Business travellers visiting America are being warned not to travel with sensitive information – because US security staff can copy it and hang on to it indefinitely.
“Right now, the U.S. customs department has the right to look at the data on your computer and download that data if they want to,” Gurley said. “The Ninth Circuit held that it is within the purview of the U.S. government to look at or download anything” on laptops and other electronic devices at the border, she said.
A recent court ruling says that laptops are just like any other luggage, which means security have the right to search their contents.
The Association of Corporate Travel Executives (ACTE) has issued a warning to its members worldwide – and to all business travellers – to limit proprietary information on laptop computers when crossing U.S. borders, and to eliminate any personal data, including photographs, finances and email that you do not want examined by Border Protection authorities. The warning follows a decision by a federal appeals court on 21 April 2008 giving customs officials the unfettered authority to examine, copy, and seize travellers’ laptops – without reasonable suspicion.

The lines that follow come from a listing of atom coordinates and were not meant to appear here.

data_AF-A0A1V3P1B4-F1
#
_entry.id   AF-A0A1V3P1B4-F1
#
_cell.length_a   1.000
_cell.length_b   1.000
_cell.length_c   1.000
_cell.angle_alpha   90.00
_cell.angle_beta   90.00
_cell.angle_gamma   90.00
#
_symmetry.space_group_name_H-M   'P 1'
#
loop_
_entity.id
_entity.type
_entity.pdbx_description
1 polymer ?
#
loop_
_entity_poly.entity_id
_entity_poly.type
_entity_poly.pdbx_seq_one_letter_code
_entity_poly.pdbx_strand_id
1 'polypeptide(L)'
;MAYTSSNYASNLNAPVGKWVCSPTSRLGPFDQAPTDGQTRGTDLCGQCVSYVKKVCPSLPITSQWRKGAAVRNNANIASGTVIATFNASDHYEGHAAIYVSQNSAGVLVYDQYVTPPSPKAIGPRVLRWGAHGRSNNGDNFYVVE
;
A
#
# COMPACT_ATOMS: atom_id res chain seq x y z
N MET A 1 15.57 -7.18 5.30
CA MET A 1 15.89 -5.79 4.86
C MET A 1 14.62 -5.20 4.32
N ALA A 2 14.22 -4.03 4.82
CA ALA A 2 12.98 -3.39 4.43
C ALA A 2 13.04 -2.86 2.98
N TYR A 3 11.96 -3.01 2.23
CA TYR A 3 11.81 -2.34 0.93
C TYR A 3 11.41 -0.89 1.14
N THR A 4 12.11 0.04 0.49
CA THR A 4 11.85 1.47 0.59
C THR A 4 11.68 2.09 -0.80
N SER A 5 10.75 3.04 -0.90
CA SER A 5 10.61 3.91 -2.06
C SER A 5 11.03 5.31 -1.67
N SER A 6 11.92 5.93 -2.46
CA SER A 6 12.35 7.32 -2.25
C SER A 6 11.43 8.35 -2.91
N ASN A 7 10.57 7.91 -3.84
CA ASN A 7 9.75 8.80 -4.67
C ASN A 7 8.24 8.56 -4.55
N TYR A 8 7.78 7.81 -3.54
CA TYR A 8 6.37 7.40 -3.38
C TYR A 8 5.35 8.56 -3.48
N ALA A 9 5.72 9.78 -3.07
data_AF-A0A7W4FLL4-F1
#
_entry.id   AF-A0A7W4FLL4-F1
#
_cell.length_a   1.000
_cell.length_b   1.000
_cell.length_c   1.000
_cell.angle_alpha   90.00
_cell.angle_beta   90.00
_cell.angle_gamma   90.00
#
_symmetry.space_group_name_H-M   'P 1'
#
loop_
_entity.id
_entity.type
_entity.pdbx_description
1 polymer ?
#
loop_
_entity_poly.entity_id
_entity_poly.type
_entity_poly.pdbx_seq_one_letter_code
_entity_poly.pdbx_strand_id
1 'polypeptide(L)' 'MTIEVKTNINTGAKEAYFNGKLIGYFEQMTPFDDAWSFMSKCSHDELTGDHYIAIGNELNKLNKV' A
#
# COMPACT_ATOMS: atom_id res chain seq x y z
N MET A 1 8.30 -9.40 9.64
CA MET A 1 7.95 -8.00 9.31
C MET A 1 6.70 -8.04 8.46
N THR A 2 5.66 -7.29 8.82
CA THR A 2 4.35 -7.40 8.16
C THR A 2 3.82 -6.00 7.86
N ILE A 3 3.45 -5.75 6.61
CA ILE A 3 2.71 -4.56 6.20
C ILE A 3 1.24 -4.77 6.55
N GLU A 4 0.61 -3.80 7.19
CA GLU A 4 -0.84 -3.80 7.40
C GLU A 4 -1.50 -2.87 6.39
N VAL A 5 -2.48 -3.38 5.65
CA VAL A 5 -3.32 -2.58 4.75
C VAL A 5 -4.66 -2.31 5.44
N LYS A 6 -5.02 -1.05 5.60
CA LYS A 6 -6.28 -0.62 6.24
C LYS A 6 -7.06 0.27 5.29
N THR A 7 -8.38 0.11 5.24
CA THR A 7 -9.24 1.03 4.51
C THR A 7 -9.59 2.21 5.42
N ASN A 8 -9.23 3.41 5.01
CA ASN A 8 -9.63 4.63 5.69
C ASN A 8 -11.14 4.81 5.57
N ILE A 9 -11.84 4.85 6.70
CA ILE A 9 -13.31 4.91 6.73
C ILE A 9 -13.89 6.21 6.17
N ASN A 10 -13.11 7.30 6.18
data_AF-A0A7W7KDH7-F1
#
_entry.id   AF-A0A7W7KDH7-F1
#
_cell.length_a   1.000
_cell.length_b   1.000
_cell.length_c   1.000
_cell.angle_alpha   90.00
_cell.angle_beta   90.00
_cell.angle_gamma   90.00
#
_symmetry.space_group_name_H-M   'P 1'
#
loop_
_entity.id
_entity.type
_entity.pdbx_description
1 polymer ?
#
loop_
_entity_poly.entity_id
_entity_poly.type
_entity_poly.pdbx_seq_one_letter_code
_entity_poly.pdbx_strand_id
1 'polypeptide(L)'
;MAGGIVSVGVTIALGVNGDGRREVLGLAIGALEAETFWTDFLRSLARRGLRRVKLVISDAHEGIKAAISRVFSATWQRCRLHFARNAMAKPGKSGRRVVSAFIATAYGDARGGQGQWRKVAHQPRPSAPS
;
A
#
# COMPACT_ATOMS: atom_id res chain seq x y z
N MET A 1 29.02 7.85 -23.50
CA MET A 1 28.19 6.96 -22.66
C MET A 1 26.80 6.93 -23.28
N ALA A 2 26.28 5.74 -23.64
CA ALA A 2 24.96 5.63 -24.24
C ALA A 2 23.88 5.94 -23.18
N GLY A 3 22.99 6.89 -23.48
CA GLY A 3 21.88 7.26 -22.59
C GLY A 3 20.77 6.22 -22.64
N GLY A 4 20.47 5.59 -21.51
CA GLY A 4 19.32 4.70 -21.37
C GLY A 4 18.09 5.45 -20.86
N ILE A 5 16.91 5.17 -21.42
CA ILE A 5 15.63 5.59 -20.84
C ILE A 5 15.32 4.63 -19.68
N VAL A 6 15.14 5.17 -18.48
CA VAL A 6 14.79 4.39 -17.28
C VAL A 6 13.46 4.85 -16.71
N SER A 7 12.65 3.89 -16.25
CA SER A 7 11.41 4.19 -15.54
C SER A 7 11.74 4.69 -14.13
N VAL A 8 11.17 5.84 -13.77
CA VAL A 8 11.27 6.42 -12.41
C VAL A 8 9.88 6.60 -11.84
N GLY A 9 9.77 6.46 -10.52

The ACTE isn’t telling its members to hide data; it’s suggesting that they should take steps to avoid sensitive corporate information from getting into the wrong hands, or from being deleted by some fat-fingered fool. The group also recommends:
3) If your laptop also serves as your major home computer, get another one for travel purposes.
I reckon journalists travelling to the US might want to pay attention to that one.